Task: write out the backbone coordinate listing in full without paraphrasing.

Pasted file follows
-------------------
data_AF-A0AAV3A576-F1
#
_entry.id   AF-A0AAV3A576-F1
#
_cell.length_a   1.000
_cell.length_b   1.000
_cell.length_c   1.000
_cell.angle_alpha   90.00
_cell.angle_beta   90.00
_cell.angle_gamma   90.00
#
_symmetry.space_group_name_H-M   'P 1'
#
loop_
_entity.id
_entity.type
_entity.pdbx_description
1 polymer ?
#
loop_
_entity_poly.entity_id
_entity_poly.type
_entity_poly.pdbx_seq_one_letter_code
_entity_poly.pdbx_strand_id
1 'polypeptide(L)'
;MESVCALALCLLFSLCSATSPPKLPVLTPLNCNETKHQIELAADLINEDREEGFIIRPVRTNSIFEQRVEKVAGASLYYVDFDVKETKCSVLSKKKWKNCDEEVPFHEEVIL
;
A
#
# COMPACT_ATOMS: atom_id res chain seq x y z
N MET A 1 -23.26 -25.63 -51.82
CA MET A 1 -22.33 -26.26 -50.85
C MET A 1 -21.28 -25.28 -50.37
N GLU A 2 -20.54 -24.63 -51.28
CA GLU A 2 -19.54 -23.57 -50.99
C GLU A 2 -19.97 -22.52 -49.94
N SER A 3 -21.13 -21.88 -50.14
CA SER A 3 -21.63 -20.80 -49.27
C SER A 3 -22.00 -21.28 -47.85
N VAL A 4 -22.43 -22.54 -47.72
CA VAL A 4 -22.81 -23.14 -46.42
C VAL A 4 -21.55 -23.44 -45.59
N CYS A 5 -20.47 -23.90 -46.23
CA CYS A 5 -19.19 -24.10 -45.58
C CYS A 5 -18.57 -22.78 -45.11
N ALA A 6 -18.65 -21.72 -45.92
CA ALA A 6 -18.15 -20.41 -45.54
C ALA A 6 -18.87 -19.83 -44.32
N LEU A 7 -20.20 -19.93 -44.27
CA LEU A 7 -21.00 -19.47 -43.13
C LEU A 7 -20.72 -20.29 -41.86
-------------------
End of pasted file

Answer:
data_AF-A0AAV3A576-F1
#
_entry.id   AF-A0AAV3A576-F1
#
_cell.length_a   1.000
_cell.length_b   1.000
_cell.length_c   1.000
_cell.angle_alpha   90.00
_cell.angle_beta   90.00
_cell.angle_gamma   90.00
#
_symmetry.space_group_name_H-M   'P 1'
#
loop_
_entity.id
_entity.type
_entity.pdbx_description
1 polymer ?
#
loop_
_entity_poly.entity_id
_entity_poly.type
_entity_poly.pdbx_seq_one_letter_code
_entity_poly.pdbx_strand_id
1 'polypeptide(L)'
;MESVCALALCLLFSLCSATSPPKLPVLTPLNCNETKHQIELAADLINEDREEGFIIRPVRTNSIFEQRVEKVAGASLYYVDFDVKETKCSVLSKKKWKNCDEEVPFHEEVIL
;
A
#
# COMPACT_ATOMS: atom_id res chain seq x y z
N MET A 1 -23.26 -25.63 -51.82
CA MET A 1 -22.33 -26.26 -50.85
C MET A 1 -21.28 -25.28 -50.37
N GLU A 2 -20.54 -24.63 -51.28
CA GLU A 2 -19.54 -23.57 -50.99
C GLU A 2 -19.97 -22.52 -49.94
N SER A 3 -21.13 -21.88 -50.14
CA SER A 3 -21.63 -20.80 -49.27
C SER A 3 -22.00 -21.28 -47.85
N VAL A 4 -22.43 -22.54 -47.72
CA VAL A 4 -22.81 -23.14 -46.42
C VAL A 4 -21.55 -23.44 -45.59
N CYS A 5 -20.47 -23.90 -46.23
CA CYS A 5 -19.19 -24.10 -45.58
C CYS A 5 -18.57 -22.78 -45.11
N ALA A 6 -18.65 -21.72 -45.92
CA ALA A 6 -18.15 -20.41 -45.54
C ALA A 6 -18.87 -19.83 -44.32
N LEU A 7 -20.20 -19.93 -44.27
CA LEU A 7 -21.00 -19.47 -43.13
C LEU A 7 -20.72 -20.29 -41.86